The plant will thrive with its leaves out of the water and if you think it looks better on your current aquascape setup – go wild.

4. You need to grow it in your filter – I’ve noticed that it’s sort of trendy for people to grow lucky bamboo in their filters.

That’s completely fine, but it’s not exactly needed either.

If you choose to do so, you may find out that the plant’s root system will eventually outgrow your filter’s available space.

If you want lucky bamboo as decor, it’s best to just plant it inside your tank, it will still use up plenty of nitrates.

Best place to get yours

Your local pet store will have them for sale, that’s for sure.

Asian supermarkets will have them as well but, perhaps, a little pricier.

However, I found that Amazon has the best collective price on them in general, as long as you’re willing to wait for the delivery (which in my humble opinion is totally worth it).

Browse around in their store a little and find the deal that suits you best.

If your aquarium is taller I suggest you look up the spiral lucky bamboo.

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Thanks for taking the time to share this! Answered many questions I had!


I agree, word for word, with the Comment posted below by Ethan.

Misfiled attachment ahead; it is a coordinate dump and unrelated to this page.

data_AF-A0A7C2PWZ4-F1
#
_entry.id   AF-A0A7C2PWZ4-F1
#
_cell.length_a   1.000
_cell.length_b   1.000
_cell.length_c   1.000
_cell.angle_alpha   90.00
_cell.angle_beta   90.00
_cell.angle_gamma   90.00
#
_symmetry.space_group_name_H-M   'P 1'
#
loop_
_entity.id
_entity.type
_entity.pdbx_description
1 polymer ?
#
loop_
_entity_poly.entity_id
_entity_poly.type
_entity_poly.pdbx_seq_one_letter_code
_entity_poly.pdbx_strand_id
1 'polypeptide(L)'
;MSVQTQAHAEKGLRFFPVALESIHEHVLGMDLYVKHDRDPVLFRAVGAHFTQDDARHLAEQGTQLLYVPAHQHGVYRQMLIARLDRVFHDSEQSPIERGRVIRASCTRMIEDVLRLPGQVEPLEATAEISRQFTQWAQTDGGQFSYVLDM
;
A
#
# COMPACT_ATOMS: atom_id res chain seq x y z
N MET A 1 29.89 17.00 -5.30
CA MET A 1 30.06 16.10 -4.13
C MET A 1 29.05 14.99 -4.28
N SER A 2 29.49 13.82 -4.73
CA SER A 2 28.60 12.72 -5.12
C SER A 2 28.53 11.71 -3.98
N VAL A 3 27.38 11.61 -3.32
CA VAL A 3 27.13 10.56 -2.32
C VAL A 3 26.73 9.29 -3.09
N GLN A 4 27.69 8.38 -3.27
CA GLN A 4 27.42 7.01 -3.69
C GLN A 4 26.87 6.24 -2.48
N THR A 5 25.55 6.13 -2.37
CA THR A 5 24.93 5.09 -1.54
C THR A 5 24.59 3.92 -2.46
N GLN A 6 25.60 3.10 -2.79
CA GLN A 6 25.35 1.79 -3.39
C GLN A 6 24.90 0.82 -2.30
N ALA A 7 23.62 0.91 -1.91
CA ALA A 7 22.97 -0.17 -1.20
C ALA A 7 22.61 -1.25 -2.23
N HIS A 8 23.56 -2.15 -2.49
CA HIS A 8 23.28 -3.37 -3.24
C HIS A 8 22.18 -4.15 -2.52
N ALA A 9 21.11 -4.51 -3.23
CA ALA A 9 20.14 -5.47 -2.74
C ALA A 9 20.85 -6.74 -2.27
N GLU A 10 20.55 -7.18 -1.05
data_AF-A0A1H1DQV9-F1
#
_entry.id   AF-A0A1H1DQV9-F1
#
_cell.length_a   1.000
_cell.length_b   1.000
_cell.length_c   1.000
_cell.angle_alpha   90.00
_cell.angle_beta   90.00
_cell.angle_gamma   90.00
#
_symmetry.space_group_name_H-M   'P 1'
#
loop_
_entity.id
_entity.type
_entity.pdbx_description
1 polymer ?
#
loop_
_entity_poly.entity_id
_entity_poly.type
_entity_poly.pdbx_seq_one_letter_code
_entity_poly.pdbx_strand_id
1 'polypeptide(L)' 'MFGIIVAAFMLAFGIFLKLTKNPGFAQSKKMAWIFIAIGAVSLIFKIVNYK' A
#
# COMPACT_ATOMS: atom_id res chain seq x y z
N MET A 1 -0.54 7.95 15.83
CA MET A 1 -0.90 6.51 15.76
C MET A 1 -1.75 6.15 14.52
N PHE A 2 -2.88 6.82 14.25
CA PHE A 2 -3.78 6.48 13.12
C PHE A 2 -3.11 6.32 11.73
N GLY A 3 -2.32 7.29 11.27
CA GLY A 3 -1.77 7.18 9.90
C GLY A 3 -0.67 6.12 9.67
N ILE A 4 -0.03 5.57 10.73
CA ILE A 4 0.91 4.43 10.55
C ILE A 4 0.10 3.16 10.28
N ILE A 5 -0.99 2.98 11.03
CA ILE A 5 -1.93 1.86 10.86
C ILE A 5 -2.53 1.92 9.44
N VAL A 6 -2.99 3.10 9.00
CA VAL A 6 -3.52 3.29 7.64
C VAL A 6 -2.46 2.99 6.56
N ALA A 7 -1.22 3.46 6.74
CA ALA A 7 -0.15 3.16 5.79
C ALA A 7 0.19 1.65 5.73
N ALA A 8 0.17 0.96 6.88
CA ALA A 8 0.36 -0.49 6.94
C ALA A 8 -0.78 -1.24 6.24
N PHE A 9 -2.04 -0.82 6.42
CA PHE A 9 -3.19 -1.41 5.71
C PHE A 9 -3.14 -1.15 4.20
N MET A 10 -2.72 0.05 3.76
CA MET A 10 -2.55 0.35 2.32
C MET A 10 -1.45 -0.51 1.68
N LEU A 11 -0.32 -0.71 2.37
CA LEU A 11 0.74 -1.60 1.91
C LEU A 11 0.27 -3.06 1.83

Excellent info… thanks!!!


thankyou for the content, it was delightly educational!


I found A 16 in spiral lucky bamboo at IKEA for only $4!

Claire J Demarest

I have 8 of these from IKEA in my tank and the plants and fish are happy as can be! Stalks submerged, leave out.


thank you, I just started adding lucky bamboo myself then I found this article and it helped a lot. I have 10 plants on their way now.

Marilyn new LaRocca

Very helpful! Thank you for posting. Since bamboo is so popular to fish enthusiasts, you would think someone would have made some realistic artificial ones by now!


Sorry, but Dracaena Sanderiana contains steroidal saponins, which are toxic to fish.

Keagan Cribby

I believe your reffering to the study done on dracaena angustifolia re Quan Le Tran,† Yasuhiro Tezuka,† Arjun Hari Banskota,† Qui Kim Tran,‡ Ikuo Saiki,† and Shigetoshi Kadota*,†
Institute of Natural Medicine, Toyama Medical and Pharmaceutical University, 2630 Sugitani, Toyama 930-0194, Japan, and
National University-Hochiminh City, Hochiminh City, Vietnam.


I have been using lucky bamboo in my fry tank for the last 8-10 months, roots and leaves are growing well even without any substrate, i guess thats due to some of the accumulated fish waste at the bottom. And theres been NO fish deaths !!

Kyle Robins

I think what happens in most cases is people grab this from a pet store where it’s sold potted. They get home and throw it in a tank with neon pink rocks and never bother to take the bamboo out of the pot or unwrap them. A few weeks later the plant is dead and so are their fish. If you follow basic planted aquarium rules, you’ll be fine. I do suggest growing the LB outside the tank in water to start. I don’t use liquid ferts in my tanks and LB benefits greatly from fertilizer when young. Growing them… Read more »